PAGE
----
Note that due to the fact that many are contributing here and a consistent method of transliteration has yet to be reached, the following may not remain consistent throughout the book.

When adding new sections to the book, do not provide transliteration, simply provide the arabic. A standard has not been decided for this book to follow. Once a standard is decided on, transliteration will be added. This measure should be followed to prevent further inconsistancies throughout the book.

Any authors making proposals for transliteration ideas please add them to the discussion page (click the tab at the top).



Short Vowels

  • a - vowel sound between cat and all. NEVER fate.
  • i - vowel sound between bit and machine. NEVER like or bite.
  • u - vowel sound between put and glue. NEVER refuse.

Long Vowels


These are pronounced twice as long as their corresponding short vowels. The short vowels are to the left of the arrow.

  • a → aa
  • i → ii or ee
  • u → uu or oo


  • au/aw - as in blouse
  • ai - as in bait

non-phonetic Indicators

  • aà- alif maksuura
  • ä-taa' marbuuTäh
  • N-tanwiin/nunation
  • aá-non-spelt alif
  • uù - waaw and then a silent alif

tanwiin pronounced as "aa" in pausal form:

Whenever vocab is introduced: It should be introduced with taa' marbuuTäh represented thus: ä.
When it is in a sentence where it is pronounced with a "t" sound: ät
dhahaba ilaà al-jaami`äh[i].
dhahaba ilaà al-jaami`äti wa jalas[a].

  • Whenever "h" occurs directly after a constanant and is not part of a diagraph it must be italicized. This takes away the problem of italicizing every digraph which was experienced in writing this book (which was tedious).
  • Unpronounced parts should be enclosed in square brackets, that is: [like this]



b, t, j, d, r, z, s, sh, f, k, l, m, n, h, w, y The following table displays the transliterations of Arabic consonants and their explanations. Blank explanations mean it's the same as English.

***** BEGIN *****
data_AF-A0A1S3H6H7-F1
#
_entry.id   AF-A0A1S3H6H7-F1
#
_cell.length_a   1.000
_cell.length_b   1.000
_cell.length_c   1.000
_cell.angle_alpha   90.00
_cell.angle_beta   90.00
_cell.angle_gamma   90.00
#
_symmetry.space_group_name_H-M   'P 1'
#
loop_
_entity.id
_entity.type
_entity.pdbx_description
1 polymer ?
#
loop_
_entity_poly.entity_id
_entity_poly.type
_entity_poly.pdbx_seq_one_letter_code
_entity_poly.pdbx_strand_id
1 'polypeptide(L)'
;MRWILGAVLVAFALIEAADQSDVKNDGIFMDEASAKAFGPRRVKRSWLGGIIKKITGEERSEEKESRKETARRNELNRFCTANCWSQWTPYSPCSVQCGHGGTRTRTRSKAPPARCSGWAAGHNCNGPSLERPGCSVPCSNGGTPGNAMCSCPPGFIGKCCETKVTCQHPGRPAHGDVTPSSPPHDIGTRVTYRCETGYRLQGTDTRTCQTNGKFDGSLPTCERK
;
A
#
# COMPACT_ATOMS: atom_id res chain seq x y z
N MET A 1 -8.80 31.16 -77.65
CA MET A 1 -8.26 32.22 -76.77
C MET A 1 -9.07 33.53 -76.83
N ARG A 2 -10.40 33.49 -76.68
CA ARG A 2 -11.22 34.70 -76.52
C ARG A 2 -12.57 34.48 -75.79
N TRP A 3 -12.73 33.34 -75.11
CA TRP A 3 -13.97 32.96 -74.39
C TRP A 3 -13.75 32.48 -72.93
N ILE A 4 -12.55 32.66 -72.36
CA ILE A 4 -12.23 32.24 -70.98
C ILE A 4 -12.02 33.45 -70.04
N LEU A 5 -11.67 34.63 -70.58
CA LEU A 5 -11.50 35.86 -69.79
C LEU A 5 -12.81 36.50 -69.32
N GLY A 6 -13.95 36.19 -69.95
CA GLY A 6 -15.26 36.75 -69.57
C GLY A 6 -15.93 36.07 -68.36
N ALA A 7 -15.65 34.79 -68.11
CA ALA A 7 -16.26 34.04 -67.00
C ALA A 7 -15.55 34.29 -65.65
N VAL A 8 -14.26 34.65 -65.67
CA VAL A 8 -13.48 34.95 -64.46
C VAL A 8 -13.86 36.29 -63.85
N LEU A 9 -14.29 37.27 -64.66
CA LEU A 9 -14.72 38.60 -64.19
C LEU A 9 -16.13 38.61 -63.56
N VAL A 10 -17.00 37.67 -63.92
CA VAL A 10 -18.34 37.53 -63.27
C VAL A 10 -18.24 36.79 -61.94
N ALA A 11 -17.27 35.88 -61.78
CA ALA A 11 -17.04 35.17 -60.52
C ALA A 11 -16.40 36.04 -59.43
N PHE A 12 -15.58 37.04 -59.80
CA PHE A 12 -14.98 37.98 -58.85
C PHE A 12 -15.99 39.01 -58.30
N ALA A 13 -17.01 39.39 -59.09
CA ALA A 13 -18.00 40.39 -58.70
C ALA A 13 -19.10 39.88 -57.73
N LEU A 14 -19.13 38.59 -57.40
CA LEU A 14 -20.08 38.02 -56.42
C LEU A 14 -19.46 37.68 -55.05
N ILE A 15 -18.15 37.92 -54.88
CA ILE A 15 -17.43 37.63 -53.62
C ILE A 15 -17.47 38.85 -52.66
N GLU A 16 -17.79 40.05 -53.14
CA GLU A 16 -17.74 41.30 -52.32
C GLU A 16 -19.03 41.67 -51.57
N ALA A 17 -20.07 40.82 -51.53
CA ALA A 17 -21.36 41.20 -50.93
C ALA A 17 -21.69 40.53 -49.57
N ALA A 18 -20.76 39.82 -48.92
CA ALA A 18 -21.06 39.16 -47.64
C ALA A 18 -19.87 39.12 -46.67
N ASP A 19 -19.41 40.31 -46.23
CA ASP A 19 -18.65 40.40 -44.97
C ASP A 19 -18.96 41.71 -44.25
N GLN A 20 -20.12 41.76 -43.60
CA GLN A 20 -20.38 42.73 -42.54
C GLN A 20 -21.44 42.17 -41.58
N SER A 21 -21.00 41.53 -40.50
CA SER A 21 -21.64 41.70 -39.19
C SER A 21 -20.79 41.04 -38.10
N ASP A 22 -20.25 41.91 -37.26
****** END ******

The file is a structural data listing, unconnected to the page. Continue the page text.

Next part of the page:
Transliteration Phonetic Value (IPA)
ʼ / ʾ / [ʔ]
ā / ʼ / ʾ / various, including [æː]
b [b]
t [t]
/ th [θ]
ǧ / j / g [ʤ] / [ɡ]
/ ħ [ħ]
/ kh / x [x]
d [d]
/ dh / ð [ð]
r [r]
z [z]
s [s]
š / sh [ʃ]
/ ḍh [ðˁ] / [zˁ]
ʻ / ʿ / / c / 9 [ʕ] / [ʔˁ]
ġ / gh [ɣ] / [ʁ]
f [f]
q [q]
k [k]
l [l]
m [m]
n [n]
h [h]
w, ū [w] , [uː]
y , ī [j] , [iː]

th vs dh.
th as in think, third, or thanks.
dh as in this, that, or them.

The more difficult sounds


kh-the German "ch" in "bach" or the Scottish "loch.". sounds like k in English except with gargling happening.
gh- voiced version of the above. This is the gargled Parisian "r" sound.
` - Most English people don't hear this sound at all. If you don't know how to pronounce "`ain" just ignore the `ain sound and pronounce it as if it weren't there.
' - This apostrophe is used to represent "hamza", the least important of Arabic sounds. The sound it makes is known as a glottal stop. What is important is that you know it is a vowel separator. When it's not a vowel separator English people don't hear it. Transliteration: su'aal
Syllable by syllable: su-aal

Special Arabic constanants: H, S, D, T, Dh To beginners these sound like the lowercase counterparts in the transliteration. Note they are different letters in Arabic and change meaning. For example "ba`d" (after) vs. ba`d (some). These will take time to pronounce properly, in the meantime pronouncing them as if they were the non-capital versions is good.

  • h- Special Arabic h.

Pronounced with more force. Try whispering "hello" as loud as you can, and you get the sense of this consonant.

  • s- emphatic of s (also can be pronounced as the emphatic of z)
  • d- emphatic of "d".
  • t- emphatic of "t".
  • đ-

q- sometimes sounds like a k or a g. Instructions: try to pronounce a "k" or the "g" in "god" while preventing your tongue from going up at its usual place. Relax your tongue. Open the back of your throat by dropping your chin down. The sound comes from as far back in the throat as you can make it.